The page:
July 2011 Newsletter


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  • July 28, 2011
Protect Patients Now


Volume 6, Issue 7 July 2011 Newsletter

E-Newsletter

Special points of interest:

Bipartisan “Gang of Six” Supports Medical Liability Reform
Mississippi on the Mend
From Veto to Victory
Health Courts Bill Introduced in the House
Reaching Out, Protecting Patients

Bipartisan “Gang of Six” Supports Medical Liability Reform

Fortunately for supporters of medical liability reform, the bipartisan “Gang of Six” in the Senate has put together a deficit reduction plan that recognizes the importance of addressing medical liability reform in the ongoing debate over how to reduce our spiraling national debt.

Passage of the HEALTH Act, with reasonable limits on non-economic damages, would lead to $62 billion in savings over the next 10 years.

The proposal by the Gang of Six is the latest of several bipartisan deficit reduction plans to include comprehensive medical liability reform. The National Commission on Fiscal Responsibility and Reform endorsed medical liability reform in draft proposals late last year. The Bipartisan Policy Center’s Debt Reduction Task Force also noted that limiting non-economic damages in medical liability cases could save billions of dollars over the next 10 years.

“Any serious action on the part of Congress to reduce our national deficit must include medical liability reform, and the HCLA encourages leaders in Washington to take advantage of this key opportunity to fix a liability system that does not serve the needs of patients,” said HCLA Chairman Mike Stinson in a press release.

There is still time to gang up on (or just call, e-mail, or tweet) your Senators and Representatives and urge them to support comprehensive medical liability reform to help reduce our national deficit. Click here to visit our Contact Congress page today and pledge your support.

Mississippi on the Mend

Ten years ago, Mississippi was known as the “lawsuit capital of the world,” and towns with less than 20,000 people and no local obstetrician were the norm.

Today, a new study published in the Journal of Obstetrics & Gynecology details how Mississippi is on the mend – and how patients are the beneficiaries.

In the 5-year period after the implementation of medical liability reform, the average number of lawsuits per year against physicians insured by the Medical Assurance Company of Mississippi, the largest carrier in the state, dropped by 227%. At the same time, the number of physicians insured by the carrier increased, and access to care options improved throughout the state.

The study concluded that, “Mississippi’s tort reform laws were associated with a steep drop in lawsuits against MACM-insured physicians, particularly MACM insured ob–gyns, as well as medical liability premium reductions and refunds.”

To read more about how medical liability reform has put Mississippi’s health care system on the road to recovery, click here.

From Veto to Victory

It’s a victory this week for patients in North Carolina, as the State Legislature voted to override Governor Beverly Purdue’s veto of comprehensive medical liability reform.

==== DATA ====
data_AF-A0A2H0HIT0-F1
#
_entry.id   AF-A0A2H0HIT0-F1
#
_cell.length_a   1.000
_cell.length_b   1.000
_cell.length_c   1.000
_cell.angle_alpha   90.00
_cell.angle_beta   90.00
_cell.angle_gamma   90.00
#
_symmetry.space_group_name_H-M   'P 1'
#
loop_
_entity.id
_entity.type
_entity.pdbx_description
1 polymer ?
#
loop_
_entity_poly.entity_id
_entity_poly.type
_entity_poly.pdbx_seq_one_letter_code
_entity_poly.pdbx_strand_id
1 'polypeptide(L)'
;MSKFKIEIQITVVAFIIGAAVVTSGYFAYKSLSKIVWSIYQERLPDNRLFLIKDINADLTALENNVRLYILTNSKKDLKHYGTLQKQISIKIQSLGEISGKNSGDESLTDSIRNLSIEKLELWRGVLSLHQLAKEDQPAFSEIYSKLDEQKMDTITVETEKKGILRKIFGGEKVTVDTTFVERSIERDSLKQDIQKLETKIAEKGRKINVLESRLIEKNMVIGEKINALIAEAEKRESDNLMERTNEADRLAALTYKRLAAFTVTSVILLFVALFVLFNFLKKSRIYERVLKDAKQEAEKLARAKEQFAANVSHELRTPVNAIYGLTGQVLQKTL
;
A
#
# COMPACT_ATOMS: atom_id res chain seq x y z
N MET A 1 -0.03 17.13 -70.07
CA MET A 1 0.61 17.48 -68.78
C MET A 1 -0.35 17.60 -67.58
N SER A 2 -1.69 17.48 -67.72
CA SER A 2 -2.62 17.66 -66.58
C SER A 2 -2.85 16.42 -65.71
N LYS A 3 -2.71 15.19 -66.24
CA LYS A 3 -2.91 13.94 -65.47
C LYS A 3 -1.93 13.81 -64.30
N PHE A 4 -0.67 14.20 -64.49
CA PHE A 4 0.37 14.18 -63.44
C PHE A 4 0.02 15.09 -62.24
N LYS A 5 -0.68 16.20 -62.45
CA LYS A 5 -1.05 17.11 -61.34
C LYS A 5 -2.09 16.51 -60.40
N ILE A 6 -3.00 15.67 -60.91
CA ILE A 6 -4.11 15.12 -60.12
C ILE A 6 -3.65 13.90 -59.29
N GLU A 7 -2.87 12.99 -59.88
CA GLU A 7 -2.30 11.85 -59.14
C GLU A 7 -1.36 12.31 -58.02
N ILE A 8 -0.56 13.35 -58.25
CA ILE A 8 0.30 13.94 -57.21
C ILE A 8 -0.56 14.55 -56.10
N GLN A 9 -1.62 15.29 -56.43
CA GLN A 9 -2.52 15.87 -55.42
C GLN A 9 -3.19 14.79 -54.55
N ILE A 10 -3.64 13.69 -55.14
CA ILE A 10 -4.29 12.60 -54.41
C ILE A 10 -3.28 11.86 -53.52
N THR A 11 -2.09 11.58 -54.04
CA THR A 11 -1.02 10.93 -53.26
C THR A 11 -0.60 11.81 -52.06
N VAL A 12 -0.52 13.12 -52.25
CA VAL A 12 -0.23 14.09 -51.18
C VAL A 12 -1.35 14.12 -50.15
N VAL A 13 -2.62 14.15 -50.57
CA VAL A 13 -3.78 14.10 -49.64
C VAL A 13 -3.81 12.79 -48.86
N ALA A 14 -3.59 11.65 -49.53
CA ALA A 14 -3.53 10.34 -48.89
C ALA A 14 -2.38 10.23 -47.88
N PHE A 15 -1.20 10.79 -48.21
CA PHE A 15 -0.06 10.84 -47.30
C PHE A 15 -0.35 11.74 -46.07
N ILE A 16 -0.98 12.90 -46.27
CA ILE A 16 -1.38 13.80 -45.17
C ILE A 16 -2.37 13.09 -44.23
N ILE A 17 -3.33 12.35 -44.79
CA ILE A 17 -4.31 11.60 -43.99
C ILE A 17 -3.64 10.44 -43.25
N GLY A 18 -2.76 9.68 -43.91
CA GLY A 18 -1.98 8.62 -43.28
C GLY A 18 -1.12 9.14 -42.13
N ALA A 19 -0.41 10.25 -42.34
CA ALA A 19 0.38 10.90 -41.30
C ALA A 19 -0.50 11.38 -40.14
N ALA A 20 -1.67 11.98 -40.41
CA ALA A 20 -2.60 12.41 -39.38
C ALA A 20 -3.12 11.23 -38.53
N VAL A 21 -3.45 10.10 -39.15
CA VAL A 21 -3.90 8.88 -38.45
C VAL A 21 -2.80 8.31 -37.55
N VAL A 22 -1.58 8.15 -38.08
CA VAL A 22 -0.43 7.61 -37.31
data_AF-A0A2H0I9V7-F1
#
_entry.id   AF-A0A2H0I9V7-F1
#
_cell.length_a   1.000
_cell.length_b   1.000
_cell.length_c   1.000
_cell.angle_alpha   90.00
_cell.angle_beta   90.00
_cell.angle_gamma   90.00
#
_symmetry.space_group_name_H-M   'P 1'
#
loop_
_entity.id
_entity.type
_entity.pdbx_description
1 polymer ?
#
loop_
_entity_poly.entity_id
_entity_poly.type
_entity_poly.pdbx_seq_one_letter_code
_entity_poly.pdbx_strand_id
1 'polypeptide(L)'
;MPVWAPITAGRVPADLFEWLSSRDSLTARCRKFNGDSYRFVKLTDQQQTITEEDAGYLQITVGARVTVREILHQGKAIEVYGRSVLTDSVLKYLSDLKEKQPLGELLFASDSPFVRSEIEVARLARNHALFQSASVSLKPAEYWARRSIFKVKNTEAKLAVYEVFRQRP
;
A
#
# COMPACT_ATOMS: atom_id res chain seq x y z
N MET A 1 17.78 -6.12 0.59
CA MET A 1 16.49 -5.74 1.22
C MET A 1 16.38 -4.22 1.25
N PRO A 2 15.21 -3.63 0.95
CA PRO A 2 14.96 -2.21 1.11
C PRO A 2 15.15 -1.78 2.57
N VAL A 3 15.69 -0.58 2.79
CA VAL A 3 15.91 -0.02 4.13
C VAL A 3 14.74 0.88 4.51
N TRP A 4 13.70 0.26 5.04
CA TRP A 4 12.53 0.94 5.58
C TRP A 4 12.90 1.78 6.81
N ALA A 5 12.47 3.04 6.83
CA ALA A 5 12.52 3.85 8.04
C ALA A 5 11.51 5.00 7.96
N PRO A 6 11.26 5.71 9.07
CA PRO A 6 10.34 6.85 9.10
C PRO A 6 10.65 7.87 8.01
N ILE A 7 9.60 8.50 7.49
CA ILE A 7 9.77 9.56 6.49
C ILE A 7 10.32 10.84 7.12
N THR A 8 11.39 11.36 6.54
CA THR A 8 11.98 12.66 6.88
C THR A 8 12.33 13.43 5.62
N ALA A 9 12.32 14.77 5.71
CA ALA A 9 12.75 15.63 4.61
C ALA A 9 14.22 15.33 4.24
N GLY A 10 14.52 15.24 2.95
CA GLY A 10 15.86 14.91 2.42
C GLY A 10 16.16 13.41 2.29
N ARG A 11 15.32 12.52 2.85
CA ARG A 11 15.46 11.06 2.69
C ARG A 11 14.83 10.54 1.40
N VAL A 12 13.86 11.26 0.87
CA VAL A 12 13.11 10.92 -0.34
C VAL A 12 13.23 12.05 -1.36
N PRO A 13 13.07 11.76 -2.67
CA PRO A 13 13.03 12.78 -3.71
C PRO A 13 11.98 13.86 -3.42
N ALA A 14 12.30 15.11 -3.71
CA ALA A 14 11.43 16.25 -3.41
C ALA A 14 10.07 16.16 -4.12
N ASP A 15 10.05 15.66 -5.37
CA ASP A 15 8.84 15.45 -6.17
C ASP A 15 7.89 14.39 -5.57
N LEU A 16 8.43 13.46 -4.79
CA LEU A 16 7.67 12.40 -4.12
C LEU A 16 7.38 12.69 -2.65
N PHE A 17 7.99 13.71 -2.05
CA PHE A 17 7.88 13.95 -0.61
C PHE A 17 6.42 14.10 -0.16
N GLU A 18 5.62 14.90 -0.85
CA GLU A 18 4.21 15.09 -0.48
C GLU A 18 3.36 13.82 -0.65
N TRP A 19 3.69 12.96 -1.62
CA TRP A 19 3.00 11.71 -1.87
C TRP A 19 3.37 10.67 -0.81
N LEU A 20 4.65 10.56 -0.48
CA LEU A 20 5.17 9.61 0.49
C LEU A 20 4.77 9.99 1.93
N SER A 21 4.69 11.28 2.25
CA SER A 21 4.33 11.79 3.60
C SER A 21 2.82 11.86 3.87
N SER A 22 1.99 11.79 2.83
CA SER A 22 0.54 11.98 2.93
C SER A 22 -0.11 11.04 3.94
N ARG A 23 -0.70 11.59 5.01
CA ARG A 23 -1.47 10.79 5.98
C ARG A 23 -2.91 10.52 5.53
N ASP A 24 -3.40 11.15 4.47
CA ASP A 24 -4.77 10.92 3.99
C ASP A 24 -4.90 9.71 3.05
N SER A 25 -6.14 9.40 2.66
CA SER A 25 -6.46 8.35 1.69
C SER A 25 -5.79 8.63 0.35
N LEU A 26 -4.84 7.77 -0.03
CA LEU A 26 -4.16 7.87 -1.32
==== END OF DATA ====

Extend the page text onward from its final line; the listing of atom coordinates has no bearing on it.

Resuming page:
The bill, which allows for full compensation for medical expenses and lost wages, and places a $500,000 reasonable limit on non-economic damages, has now become law.

North Carolina patients can look to states like Texas and Mississippi for the positive effects of reform that will sweep through the state in coming years, and can likely expect an influx of physicians, greater access to care, and lower health care costs.

To read more about how liability reform went from veto to victory in North Carolina, click here.

Health Courts Bill Introduced in the House

The HEALTH Act may be awaiting a vote by the full House of Representatives, but Congressman Tom Price, a physician from Georgia, isn’t standing still. He’s moved ahead with legislation that would create specialized health courts to more efficiently deal with medical liability lawsuits.

The Health Care OverUse Reform Today (HealthCOURT) Act would protect doctors and other health professionals from liability if they followed “best practice” guidelines and provide grants to states to create administrative health care tribunals, while preserving the ability of a plaintiff to file a claim with a state court after administrative remedies are exhausted.

Similar health courts in Massachusetts have worked to identify frivolous claims and put an end to them sooner, while also giving deserving patients the benefit of additional medical experts on the tribunal.

While the HCLA remains committed to comprehensive reforms that include reasonable limits on non-economic damages, changes to collateral source laws, and an end to double recovery, we applaud Dr. Price for his work to advance liability reform. To read more about the HealthCOURT Act, click here.

Reaching Out, Protecting Patients

Our nation’s broken medical liability system hurts all Americans, but it’s patient access to care that is threatened the most. Across the nation, patients are finding it harder and harder to get access to vital medical services.

Protect Patients Now and the HCLA are helping physicians who are interested in reaching out to their patients to join us our grassroots effort to protect patients by reforming our nation’s broken medical liability system.

If you are a physician that would like to do more to protect your patients by informing them of how the medical liability crisis affects them and urging them to support comprehensive medical liability reform, you can download our patient outreach flyer to display in your waiting room.

Together, we can stop medical lawsuit abuse and ensure patient access to quality medical care.

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